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June 6th
Issue #8
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Scorpion Solitaire

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Scorpion Solitaire


Buddhism: Samsara

By - 6/6/2013

Siem Reap, Cambodia
  Photo Credit: GuoZhongHua /

Buddhism is full of different concepts, some which are hard to understand for those of us unused to Eastern philosophy. Two of those concepts are Samsara and Nirvana. Most of us are probably familiar with Nirvana as meaning enlightenment. But to understand it, we first need to have a look at the related concept of Samsara.

Samsara is often misunderstood to mean this world and fact that we are reborn within it. Its literal meaning is "continuous flow", referring to the cycle of life, death and rebirth. According to the Buddha, there is no beginning or end to Samsara.

The process of Samsara is caused by ignorance and our attachment to ourselves and our own experiences. To a Buddhist it is characterized by suffering, as the Buddha taught us in the Four Noble Truths. The only way to remove suffering and end the cycle of Samsara is to reach enlightenment.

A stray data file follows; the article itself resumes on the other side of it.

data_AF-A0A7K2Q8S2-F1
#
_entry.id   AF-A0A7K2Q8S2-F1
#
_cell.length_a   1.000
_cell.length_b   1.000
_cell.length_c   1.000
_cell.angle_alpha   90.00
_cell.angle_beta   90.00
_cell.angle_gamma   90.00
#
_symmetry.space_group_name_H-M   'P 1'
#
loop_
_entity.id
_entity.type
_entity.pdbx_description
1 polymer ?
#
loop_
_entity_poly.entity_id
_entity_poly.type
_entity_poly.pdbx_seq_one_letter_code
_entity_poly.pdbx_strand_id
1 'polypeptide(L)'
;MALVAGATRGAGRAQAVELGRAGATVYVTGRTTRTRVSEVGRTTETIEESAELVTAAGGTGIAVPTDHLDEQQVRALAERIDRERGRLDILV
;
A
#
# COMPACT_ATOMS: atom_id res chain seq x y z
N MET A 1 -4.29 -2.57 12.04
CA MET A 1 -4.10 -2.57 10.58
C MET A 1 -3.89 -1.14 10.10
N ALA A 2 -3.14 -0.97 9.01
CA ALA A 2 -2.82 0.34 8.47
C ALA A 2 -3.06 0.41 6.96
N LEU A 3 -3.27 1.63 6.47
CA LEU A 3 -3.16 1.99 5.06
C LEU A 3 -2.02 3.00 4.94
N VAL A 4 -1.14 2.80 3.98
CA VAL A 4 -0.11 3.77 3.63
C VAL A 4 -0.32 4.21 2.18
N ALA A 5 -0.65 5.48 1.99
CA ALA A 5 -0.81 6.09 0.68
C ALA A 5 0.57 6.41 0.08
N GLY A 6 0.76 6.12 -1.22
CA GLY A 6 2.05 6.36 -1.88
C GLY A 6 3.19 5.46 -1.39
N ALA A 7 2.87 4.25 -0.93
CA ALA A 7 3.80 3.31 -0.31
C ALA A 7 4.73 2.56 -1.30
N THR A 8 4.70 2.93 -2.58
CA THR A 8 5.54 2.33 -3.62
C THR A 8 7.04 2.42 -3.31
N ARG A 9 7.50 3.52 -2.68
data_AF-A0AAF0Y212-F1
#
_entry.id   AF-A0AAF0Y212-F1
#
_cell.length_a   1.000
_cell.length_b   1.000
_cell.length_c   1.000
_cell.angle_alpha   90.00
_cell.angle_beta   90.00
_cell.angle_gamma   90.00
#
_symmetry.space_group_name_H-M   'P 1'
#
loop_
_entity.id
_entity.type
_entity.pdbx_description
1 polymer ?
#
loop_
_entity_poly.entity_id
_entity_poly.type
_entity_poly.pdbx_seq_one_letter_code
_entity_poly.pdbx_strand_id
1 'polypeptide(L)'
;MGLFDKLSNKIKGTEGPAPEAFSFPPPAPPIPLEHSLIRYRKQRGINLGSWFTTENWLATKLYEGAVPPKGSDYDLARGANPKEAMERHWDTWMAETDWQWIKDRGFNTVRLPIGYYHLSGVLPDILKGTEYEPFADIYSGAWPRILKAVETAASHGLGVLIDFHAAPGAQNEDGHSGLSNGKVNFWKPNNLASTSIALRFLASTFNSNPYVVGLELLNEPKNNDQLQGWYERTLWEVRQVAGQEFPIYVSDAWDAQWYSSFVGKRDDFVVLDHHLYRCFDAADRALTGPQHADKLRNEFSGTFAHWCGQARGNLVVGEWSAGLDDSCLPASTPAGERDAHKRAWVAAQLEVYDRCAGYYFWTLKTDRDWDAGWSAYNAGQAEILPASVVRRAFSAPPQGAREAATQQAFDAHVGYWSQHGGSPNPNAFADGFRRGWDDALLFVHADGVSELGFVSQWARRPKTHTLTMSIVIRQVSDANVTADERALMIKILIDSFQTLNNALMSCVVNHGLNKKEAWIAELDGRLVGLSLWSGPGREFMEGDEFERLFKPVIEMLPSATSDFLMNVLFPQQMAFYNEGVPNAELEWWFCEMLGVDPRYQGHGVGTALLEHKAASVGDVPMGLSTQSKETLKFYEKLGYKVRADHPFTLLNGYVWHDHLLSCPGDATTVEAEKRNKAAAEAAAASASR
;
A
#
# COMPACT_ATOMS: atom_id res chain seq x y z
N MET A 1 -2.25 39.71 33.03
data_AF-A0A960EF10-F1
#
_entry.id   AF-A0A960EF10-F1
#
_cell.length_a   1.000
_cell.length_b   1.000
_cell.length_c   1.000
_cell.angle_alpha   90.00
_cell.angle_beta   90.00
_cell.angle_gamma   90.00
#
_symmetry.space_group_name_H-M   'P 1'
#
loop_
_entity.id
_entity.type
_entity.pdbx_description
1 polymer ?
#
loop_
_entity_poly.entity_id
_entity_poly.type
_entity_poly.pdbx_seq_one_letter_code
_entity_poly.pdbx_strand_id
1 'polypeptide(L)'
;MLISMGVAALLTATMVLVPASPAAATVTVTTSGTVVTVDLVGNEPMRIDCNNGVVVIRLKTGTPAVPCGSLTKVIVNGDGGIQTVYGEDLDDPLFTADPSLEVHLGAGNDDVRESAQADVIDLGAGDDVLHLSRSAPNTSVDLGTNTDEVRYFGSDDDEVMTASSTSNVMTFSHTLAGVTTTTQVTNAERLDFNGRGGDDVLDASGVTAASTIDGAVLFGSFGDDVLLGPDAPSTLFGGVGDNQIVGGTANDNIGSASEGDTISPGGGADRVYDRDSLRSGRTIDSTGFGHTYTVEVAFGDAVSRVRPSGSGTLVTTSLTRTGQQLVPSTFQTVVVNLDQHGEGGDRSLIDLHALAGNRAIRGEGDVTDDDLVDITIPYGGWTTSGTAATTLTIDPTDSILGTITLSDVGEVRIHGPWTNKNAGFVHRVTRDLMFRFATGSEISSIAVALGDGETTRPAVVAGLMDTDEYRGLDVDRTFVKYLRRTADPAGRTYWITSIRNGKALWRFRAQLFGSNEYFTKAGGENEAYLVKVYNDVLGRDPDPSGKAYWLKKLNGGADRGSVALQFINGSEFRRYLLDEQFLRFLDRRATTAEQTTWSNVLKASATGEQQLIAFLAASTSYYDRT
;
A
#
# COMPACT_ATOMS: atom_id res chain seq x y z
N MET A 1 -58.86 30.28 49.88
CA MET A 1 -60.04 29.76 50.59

Many Westerners think of reincarnation as meaning we as individuals are reborn into different bodies. In fact, this view is very different from how Buddhism perceives the process. To a Buddhist, there is no such thing as "self". The illusion of self is what causes suffering and Samsara in the first place.

What is passed on between lives is not personalities or memories, but rather a stream of moments and feelings. Our karma is also passed on to the next life and influences our future. The parts of us that are reborn will be as different from your current being as a seed is from the plant it came from. It will be the same type of plant and it may even look similar, but in all other aspects it is an entirely different plant.

The concept of Samsara is important to understand for those who want to fully understand Buddhism and the Buddha's practices because it is the process we're trying to escape. With Samsara comes suffering, and the only way to be free of suffering is to leave Samsara and reach enlightenment, Nirvana.

Nirvana isn't a place where we go when we die, like the Christian Heaven, but a state we can reach while we are still alive. It is the complete detachment from what we perceive as self, a state of being in which the self is obliterated. When we reach Nirvana, we no longer take part in Samsara and its suffering. And as the Buddha taught us, it is possible to reach Nirvana within our lifetime.


Scorpion Solitaire

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